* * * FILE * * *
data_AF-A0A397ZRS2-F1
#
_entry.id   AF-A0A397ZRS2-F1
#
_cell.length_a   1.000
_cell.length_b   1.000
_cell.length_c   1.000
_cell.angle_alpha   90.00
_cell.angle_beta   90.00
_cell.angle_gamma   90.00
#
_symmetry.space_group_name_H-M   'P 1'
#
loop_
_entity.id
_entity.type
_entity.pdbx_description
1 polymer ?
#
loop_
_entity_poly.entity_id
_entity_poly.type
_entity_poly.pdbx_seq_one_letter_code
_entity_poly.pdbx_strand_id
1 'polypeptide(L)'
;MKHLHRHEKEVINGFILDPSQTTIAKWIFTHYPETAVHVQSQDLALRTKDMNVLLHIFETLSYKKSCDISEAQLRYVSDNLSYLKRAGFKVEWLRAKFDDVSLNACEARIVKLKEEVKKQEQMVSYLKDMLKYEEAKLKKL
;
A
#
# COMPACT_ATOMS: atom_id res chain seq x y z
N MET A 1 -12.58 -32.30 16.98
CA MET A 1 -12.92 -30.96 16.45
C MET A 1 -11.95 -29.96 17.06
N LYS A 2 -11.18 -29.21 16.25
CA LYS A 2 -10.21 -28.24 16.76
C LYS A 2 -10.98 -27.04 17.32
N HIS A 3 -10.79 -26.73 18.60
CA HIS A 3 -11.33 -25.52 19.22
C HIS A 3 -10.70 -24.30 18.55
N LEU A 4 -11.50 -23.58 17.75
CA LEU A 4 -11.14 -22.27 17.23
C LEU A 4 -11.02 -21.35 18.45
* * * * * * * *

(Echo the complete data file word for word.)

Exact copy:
data_AF-A0A397ZRS2-F1
#
_entry.id   AF-A0A397ZRS2-F1
#
_cell.length_a   1.000
_cell.length_b   1.000
_cell.length_c   1.000
_cell.angle_alpha   90.00
_cell.angle_beta   90.00
_cell.angle_gamma   90.00
#
_symmetry.space_group_name_H-M   'P 1'
#
loop_
_entity.id
_entity.type
_entity.pdbx_description
1 polymer ?
#
loop_
_entity_poly.entity_id
_entity_poly.type
_entity_poly.pdbx_seq_one_letter_code
_entity_poly.pdbx_strand_id
1 'polypeptide(L)'
;MKHLHRHEKEVINGFILDPSQTTIAKWIFTHYPETAVHVQSQDLALRTKDMNVLLHIFETLSYKKSCDISEAQLRYVSDNLSYLKRAGFKVEWLRAKFDDVSLNACEARIVKLKEEVKKQEQMVSYLKDMLKYEEAKLKKL
;
A
#
# COMPACT_ATOMS: atom_id res chain seq x y z
N MET A 1 -12.58 -32.30 16.98
CA MET A 1 -12.92 -30.96 16.45
C MET A 1 -11.95 -29.96 17.06
N LYS A 2 -11.18 -29.21 16.25
CA LYS A 2 -10.21 -28.24 16.76
C LYS A 2 -10.98 -27.04 17.32
N HIS A 3 -10.79 -26.73 18.60
CA HIS A 3 -11.33 -25.52 19.22
C HIS A 3 -10.70 -24.30 18.55
N LEU A 4 -11.50 -23.58 17.75
CA LEU A 4 -11.14 -22.27 17.23
C LEU A 4 -11.02 -21.35 18.45